The only thing more exciting than seeing an offense win on a two-point conversion is seeing the defense do the same. That was how Eric Berry put a stamp on this surprisingly thrilling interconference game.
After Matt Ryan led the Falcons to a 28-27 lead in the fourth quarter, Atlanta opted to go for two. Just a few years ago, this would’ve been a zero-risk play. But a rule change in 2015 (allowing the defense to score on a two-point conversion attempt) meant that, when Berry intercepted the ball, he could take it 98 yards the other way and give Kansas City the lead back. The Chiefs managed to run out the clock from there and win 29-28.
Winning the game in such an absurd way seemed normal for Kansas City on that particular day. Berry had already scored on a pick six, and the Chiefs added a touchdown on a 55-yard fake punt by Albert Wilson.
6. Week 14: Cowboys at Giants
Anytime a rivalry takes center stage, it always helps a game feel better than the score may indicate. So while the Giants 10-7 win over Dallas may not look like much, it was a heated affair featuring some of the best defensive football played all season. The Cowboys offense had been nearly unstoppable to that point, leading the team on an 11-game win streak. But on a chilly night in East Rutherford, both offenses were downright offensive, as Steve Spagnuolo and Rod Marinelli’s units stole the Sunday Night spotlight.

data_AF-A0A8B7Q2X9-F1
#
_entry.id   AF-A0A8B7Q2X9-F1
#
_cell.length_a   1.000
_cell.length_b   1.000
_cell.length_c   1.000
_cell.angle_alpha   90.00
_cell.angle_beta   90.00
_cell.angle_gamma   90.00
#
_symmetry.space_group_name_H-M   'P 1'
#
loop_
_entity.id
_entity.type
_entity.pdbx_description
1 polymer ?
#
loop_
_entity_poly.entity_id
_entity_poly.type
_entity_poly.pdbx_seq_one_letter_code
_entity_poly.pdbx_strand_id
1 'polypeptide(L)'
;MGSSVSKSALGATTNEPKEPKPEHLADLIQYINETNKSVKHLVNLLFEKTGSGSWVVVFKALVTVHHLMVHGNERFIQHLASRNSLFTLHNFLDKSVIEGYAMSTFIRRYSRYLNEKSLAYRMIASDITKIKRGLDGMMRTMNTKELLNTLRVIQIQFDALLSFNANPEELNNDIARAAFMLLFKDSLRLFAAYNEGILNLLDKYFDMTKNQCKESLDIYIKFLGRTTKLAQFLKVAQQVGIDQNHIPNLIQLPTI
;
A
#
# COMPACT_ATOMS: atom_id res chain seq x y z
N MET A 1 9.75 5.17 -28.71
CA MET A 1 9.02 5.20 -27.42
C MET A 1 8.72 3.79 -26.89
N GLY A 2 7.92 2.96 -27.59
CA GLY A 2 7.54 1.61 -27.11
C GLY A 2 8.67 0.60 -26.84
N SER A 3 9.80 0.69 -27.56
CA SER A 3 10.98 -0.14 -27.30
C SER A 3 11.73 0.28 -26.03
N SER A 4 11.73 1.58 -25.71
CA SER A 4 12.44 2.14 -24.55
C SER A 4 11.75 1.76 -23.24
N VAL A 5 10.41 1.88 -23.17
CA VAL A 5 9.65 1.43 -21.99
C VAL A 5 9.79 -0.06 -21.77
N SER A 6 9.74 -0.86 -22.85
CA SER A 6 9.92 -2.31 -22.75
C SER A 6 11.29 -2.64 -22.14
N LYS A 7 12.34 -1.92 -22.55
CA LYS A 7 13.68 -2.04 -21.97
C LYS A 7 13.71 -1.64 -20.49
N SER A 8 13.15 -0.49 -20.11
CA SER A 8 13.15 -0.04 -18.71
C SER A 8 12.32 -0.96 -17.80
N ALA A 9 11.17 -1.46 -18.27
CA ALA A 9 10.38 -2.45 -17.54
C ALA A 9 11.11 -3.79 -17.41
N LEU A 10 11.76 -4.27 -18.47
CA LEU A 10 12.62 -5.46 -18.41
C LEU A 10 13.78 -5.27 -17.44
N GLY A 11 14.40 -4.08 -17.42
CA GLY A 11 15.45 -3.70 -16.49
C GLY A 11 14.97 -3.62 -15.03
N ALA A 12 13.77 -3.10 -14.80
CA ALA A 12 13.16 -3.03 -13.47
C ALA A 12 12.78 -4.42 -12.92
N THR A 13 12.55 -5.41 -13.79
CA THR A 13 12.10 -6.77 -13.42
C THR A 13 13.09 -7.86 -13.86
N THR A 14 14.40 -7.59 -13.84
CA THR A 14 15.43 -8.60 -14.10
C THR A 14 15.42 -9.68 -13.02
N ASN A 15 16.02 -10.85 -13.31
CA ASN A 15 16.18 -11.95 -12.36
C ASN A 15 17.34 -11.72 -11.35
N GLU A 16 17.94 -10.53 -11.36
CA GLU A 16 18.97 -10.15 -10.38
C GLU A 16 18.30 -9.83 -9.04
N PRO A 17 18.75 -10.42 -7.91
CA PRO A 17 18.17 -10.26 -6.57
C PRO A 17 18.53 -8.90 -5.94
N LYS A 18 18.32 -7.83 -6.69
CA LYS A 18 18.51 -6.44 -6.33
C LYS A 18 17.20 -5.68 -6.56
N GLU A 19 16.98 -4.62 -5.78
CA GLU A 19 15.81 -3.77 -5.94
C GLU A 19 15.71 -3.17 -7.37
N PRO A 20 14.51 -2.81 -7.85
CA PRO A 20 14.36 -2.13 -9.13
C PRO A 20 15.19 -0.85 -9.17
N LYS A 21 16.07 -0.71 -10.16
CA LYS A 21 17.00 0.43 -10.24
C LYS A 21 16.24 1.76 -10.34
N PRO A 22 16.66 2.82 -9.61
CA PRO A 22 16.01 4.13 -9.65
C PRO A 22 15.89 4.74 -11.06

Both teams mustered just 260 yards and had three turnovers. The difference-maker was Odell Beckham Jr. making something out of nothing, while Dez Bryant made a crucial mistake.
That game helped the Giants stake a claim to the title of best defense in football, as well as “team no one wanted to play in the playoffs.” Of course, after one little detour to Miami, New York ended the season with a very different narrative.
5. Week 12: Chiefs at Broncos
Unlike the Giants-Cowboys, no one would have batted an eye if this rivalry game ended 10-7. Instead, the Chiefs and Broncos finished 30-27, and truly was a four-quarter thriller. (The first quarter sucked, but a wacky overtime more than made up for it.)
Tyreek Hill had a hat trick with a rushing, receiving, and return TD, while Von Miller and Justin Houston both notched a trio of sacks. In a game that sent Denver on a spiral out of a playoff spot, coach Gary Kubiak wasted Siemian’s best day as a pro ultimately with a poor coaching decision late. Instead of taking the tie, Kubiak elected to go for a 62-yard game-winning field goal late in OT. Brandon McManus missed the kick, and Kansas City turned the short field into a bank shot walk-off.
4. Week 10: Cowboys at Steelers
Call it skepticism or just being a curmudgeon, but it took me longer than most to buy into the Cowboys’ dynamic rookies. This was the game that buried any and all doubt surrounding the abilities of Dak Prescott and Ezekiel Elliott. A pair of good rookies don’t win this game. Heck, a lot of veterans wouldn’t have been able to drive the field for a late field goal. Prescott and Elliott showed their greatness by doing one better.
In a see-saw affair, the Steelers offense couldn’t be stopped, except when it came to two-point conversions. Pittsburgh went 0 for 4 on the day, meaning when Ben Roethlisberger hit Antonio Brown on a fake spike with 42 seconds left, it only put the Steelers up 30-29. With all three timeouts, Prescott responded and got Dallas in field-goal range, before Elliott said “screw it, this is easier.”